Interactive art exhibit ‘Loop’ takes over Pedestrian Mall in downtown Iowa City

The exhibit debuted in Montreal in 2016, although the version of the art currently shown in Iowa City is being displayed for the first time.


Jeff Sigmund

Jiselle Fernandez of Iowa City tries one of the loop devices on Friday, July, 7, 2021. Fernandez says she likes how they work and likes the music.

Meg Doster, News Reporter

The Iowa City Pedestrian Mall is staying in the loop with its latest exhibit, aptly titled, “Loop.”

The hand-drawn animations within “Loop” and the corresponding flashing lights and softly played music are powered by the person sitting on the bench within the structure, going only as fast as the contraption’s lever is moved.

Within the loops are cylinders that spin as their levers are pulled, and the still images inside the pod then come to life to tell a story. “Loop” is inspired by the 19th century ancestor of animation, the zoetrope – cylinders that have images inside the rim, and when spun, give the illusion of moving animation.

The interactive art installation, which can be used free of charge, consists of 12 zoetropes, each containing a different story.

The exhibit first appeared downtown on July 9 and will remain there until August 10. The goal of “Loop” is to welcome visitors and residents back to the Iowa City downtown area after the streets have been quiet for the past year, and to create an immersive artistic experience for the community.

Laura Farahzad Mayer is a graduate student at the University of Iowa studying graphic design. Farahzad Mayer said she doesn’t live in the downtown area, nor has any reason to travel there often, but she said the outdoor exhibit was more than worth the trip.

“It was refreshing to walk around downtown and to see a lot of people and walking around and exploring the art was really interesting,” Farahzad Mayer said. “… It’s similar to a stop-motion animation in the way that it functions as you’re viewing it and the image changes. So, it’s made up of a bunch of still images, and then as it moves as it switches between images, it looks like it’s moving.”

“Loop” was created by Olivier Girouard and Jonathan Villeneuve, and 24 French authors and illustrators were involved in the creative process for the latest iteration of the exhibit. The exhibit is on loan from the art agency, Creos. The names of the many artists and authors can be found on the Downtown Iowa City website.

Director of Creative Services for Downtown Iowa City Betsy Potter said the art piece will serve as a backdrop to festivities and events in the area throughout July and early August.

Potter anticipates the “Loop” will attract “thousands of visitors.”

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“It’s meant for visitors to try all 12 to really experience the full installation,” Potter said.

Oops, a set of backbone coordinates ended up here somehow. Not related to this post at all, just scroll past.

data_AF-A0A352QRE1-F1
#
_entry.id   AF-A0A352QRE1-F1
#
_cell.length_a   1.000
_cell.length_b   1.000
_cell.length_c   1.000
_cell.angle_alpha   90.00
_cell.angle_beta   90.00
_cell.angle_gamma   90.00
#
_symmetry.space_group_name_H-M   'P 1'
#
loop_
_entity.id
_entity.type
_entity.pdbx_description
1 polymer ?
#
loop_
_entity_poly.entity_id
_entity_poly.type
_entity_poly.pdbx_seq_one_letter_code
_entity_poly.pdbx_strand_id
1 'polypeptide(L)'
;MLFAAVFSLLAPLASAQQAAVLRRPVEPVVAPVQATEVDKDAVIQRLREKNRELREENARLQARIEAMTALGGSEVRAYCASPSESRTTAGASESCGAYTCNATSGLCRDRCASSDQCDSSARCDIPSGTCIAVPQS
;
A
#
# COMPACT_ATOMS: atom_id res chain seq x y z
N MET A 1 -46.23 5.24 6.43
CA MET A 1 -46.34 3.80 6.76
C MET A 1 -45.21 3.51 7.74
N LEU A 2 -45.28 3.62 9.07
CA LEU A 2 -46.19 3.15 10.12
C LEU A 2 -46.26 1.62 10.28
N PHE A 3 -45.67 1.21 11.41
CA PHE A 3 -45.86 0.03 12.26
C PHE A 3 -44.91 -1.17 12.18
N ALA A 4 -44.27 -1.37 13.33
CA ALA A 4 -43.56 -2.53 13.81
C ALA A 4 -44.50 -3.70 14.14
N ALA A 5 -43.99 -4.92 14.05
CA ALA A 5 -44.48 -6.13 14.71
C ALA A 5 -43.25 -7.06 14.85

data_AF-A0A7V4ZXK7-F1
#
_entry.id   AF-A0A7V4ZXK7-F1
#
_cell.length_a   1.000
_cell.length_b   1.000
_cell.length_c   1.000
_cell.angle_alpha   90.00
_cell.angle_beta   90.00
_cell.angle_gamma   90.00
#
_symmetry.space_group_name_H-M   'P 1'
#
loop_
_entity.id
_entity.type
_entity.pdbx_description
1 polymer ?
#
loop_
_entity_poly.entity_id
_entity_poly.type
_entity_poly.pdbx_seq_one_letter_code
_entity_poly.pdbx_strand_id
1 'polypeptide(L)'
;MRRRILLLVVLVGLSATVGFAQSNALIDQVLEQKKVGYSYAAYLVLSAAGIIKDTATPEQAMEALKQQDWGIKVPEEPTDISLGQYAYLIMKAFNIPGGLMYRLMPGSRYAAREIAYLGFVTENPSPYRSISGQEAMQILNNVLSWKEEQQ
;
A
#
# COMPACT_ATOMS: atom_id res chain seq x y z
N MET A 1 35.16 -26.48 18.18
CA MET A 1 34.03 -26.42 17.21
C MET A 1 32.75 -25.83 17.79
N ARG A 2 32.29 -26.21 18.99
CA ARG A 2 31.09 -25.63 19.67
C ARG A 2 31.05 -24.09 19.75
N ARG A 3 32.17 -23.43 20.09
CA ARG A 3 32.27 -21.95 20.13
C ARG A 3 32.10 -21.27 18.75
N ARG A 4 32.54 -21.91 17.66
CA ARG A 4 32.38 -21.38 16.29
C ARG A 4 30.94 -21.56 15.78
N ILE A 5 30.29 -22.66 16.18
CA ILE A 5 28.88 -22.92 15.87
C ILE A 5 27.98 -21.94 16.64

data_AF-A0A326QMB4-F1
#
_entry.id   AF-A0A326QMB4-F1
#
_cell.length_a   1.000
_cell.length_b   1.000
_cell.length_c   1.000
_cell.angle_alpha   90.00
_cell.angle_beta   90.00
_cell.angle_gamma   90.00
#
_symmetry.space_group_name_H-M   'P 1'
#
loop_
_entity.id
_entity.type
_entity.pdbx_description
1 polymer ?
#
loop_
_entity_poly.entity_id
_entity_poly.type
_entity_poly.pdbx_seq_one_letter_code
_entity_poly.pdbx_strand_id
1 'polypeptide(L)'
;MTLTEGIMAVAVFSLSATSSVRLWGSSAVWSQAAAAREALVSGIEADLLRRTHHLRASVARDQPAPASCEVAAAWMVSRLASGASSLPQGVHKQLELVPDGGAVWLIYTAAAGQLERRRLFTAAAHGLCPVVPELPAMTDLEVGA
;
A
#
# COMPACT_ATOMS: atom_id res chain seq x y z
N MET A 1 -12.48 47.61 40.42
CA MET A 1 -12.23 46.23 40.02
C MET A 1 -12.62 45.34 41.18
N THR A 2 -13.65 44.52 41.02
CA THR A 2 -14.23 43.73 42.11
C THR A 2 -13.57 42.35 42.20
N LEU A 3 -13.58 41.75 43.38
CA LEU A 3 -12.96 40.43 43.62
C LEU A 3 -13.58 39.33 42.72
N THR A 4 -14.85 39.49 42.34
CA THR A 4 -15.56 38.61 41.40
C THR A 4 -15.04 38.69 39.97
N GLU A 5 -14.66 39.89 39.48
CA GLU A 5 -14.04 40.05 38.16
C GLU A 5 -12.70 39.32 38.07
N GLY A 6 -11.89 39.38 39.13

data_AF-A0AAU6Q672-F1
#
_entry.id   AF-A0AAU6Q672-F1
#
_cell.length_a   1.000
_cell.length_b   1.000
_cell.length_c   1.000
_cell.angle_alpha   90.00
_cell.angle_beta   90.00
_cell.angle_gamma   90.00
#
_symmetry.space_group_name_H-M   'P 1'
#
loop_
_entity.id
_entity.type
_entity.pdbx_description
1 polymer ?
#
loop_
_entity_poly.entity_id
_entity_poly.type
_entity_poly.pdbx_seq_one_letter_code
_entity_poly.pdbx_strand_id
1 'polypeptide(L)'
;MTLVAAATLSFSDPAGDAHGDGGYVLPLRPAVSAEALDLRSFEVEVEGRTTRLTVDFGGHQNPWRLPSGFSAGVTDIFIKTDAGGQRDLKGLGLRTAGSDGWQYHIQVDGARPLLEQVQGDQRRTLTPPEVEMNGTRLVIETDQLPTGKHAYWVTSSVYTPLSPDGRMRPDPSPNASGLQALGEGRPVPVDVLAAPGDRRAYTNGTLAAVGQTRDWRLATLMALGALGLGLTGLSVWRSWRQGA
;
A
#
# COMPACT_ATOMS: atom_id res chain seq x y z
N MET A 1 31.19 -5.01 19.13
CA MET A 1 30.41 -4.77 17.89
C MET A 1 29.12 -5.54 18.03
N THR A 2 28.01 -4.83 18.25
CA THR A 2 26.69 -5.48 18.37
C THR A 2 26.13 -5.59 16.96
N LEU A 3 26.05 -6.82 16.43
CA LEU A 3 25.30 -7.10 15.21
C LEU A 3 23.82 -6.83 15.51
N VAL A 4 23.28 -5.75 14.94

The “Loop” and the stories the exhibit tell first appeared in Montreal in 2016. Nick Pfeiffer, vice president of Marketing and Communications at Think Iowa – which helped bring “Loop” to Iowa City – said the exhibit is not new to the United States, but since it’s been updated, Iowa City is the first place in the country to host the installation.

“I had actually seen it at Navy Pier in Chicago a couple of years ago, and now it’s a different experience because there’s different imagery and different music to it,” Pfeiffer said.

“Loop” spent two years touring the U.S and Canada after it debuted in 2016. That iteration of the exhibit displayed widely known fairytales, including Alice in Wonderland and Pinocchio. The pods currently being displayed in Iowa City are out for the first time, using images inspired by French-Canadian artists.

So, for anyone who may have already seen “Loop” in previous years, it will be a new experience seeing it again this summer in Iowa City.

“What I liked about it was the way it engaged the viewer, and it was the discovery of it and being able to experience that on your own,” Farahzad Mayer said. “Even though it was public art, the private experience and discovery of it was really unique.”

Potter encouraged people to see “Loop” during both day and night, as it’s a “totally different experience” depending on time of day. But be aware, she said, there might be a wait to get into one of the zoetropes.

Potter said throughout the day, there is usually at least one person per zoetrope, seeing a story at their own pace.

“We will see what the feedback and success of the ‘Loop’ is for the summer, but we’re always looking for ways to get people out and about during the wintertime too, especially because we all know what Iowa winters are like,” Pfeiffer said. “But if there’s attractions that we can bring to downtown Iowa City, we’re definitely open to those. And based on early reaction, I would suspect that’s something we’ll be looking forward to doing.”